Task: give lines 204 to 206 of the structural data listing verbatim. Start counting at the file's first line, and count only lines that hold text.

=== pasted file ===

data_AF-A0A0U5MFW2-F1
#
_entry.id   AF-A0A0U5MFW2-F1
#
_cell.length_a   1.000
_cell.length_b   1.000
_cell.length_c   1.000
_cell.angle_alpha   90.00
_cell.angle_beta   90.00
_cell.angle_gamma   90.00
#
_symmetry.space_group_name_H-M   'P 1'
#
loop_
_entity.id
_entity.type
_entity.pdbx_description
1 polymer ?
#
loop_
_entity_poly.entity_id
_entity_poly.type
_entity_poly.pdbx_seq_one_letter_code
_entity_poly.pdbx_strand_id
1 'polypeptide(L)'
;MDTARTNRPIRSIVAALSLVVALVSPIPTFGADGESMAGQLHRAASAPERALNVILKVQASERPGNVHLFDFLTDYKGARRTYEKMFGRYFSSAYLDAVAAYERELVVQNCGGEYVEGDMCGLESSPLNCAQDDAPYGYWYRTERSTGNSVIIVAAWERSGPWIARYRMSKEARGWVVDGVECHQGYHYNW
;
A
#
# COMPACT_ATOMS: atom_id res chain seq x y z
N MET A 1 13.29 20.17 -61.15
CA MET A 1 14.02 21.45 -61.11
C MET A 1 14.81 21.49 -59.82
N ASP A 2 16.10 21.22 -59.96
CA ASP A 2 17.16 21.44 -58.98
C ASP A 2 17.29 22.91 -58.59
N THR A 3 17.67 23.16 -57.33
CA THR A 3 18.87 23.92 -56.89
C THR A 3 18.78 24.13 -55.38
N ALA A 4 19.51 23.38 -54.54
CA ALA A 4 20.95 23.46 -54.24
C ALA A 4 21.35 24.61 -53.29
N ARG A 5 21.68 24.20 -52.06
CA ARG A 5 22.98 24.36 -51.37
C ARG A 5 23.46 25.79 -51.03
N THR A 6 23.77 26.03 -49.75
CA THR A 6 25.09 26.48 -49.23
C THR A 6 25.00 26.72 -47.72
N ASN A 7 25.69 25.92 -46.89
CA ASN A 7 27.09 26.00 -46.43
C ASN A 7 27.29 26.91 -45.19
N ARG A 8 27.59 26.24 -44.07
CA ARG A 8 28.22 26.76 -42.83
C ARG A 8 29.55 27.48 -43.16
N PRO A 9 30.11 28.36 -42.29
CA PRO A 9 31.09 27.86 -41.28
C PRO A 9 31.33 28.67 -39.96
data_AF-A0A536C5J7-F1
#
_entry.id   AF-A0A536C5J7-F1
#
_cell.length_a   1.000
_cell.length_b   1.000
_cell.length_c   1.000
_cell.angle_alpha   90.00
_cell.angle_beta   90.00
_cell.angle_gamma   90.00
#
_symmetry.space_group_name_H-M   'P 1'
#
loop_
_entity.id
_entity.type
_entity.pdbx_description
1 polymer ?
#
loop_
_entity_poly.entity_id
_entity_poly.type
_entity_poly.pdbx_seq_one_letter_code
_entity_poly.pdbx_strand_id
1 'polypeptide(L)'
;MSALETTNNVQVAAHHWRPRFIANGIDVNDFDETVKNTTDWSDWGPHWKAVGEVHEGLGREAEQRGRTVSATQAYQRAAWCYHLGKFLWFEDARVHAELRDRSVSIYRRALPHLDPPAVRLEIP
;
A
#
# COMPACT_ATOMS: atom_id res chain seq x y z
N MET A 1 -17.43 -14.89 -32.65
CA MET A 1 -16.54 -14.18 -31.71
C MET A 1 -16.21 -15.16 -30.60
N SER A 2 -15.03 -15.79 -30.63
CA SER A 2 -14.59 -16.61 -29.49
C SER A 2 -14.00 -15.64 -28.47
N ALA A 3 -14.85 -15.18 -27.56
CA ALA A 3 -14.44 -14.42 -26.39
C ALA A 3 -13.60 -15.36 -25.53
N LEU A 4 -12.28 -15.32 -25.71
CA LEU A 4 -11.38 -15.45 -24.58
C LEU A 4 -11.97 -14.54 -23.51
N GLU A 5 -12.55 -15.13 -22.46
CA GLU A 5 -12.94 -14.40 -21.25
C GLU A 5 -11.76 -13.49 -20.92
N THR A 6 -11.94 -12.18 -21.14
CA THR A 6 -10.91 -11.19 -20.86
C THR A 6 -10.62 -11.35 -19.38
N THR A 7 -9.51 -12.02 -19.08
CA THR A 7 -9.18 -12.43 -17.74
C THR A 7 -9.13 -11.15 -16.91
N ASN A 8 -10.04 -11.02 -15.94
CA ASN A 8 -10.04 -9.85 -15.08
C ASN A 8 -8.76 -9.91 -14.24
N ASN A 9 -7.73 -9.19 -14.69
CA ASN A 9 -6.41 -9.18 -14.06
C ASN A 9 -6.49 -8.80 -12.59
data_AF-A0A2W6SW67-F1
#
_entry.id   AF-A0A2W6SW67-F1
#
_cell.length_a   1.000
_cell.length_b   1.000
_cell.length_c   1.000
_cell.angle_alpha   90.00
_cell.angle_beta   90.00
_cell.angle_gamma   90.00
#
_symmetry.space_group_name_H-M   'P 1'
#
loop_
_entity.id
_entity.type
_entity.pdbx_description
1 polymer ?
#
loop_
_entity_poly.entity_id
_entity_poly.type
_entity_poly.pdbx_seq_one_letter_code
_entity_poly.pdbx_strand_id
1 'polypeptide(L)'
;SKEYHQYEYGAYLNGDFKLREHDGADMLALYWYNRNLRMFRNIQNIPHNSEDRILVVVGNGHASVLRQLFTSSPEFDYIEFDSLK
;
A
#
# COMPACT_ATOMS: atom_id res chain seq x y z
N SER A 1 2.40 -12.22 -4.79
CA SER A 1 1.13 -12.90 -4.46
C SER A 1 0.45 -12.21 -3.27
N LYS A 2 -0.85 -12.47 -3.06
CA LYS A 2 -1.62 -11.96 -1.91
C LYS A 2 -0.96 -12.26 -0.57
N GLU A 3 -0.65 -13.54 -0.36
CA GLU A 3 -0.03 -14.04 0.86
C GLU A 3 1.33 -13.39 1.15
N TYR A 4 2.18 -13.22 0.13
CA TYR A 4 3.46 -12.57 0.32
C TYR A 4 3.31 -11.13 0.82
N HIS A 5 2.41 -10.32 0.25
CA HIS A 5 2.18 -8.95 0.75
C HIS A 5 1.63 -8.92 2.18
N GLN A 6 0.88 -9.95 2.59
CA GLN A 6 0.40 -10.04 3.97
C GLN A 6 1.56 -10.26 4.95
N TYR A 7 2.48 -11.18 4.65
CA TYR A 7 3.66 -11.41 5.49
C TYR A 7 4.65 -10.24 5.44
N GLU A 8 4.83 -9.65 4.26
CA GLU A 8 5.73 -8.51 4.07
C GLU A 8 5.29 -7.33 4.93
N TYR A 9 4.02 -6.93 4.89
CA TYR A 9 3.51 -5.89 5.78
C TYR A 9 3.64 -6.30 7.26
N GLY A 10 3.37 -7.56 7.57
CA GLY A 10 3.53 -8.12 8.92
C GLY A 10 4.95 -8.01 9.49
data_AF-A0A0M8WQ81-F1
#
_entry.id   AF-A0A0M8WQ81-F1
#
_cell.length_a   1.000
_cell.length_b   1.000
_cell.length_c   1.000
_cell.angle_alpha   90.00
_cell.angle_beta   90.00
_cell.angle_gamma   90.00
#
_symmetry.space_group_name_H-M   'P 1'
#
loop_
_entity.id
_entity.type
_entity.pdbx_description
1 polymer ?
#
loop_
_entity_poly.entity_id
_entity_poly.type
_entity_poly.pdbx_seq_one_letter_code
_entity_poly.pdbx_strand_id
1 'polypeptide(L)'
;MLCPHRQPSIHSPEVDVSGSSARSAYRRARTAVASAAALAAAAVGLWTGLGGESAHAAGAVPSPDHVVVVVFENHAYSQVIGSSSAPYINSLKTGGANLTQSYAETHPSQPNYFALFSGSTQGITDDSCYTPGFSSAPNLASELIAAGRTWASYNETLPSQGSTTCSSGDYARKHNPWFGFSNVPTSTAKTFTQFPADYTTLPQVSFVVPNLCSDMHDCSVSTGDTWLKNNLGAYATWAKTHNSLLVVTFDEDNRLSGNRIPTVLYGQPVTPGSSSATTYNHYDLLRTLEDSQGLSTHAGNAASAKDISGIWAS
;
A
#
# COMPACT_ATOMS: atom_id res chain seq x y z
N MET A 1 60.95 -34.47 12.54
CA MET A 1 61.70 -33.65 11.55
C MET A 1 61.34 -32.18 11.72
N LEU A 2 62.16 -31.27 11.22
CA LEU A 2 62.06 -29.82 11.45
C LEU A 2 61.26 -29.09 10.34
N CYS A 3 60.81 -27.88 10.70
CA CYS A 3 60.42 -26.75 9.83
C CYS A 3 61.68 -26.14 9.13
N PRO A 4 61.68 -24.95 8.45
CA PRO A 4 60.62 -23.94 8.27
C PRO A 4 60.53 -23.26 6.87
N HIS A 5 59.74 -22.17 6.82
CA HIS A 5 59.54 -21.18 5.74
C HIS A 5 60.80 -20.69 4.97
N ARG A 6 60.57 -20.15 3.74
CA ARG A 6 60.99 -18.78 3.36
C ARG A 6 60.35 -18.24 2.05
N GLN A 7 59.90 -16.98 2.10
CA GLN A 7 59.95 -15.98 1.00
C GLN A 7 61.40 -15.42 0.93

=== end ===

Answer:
# COMPACT_ATOMS: atom_id res chain seq x y z
N MET A 1 60.95 -34.47 12.54
CA MET A 1 61.70 -33.65 11.55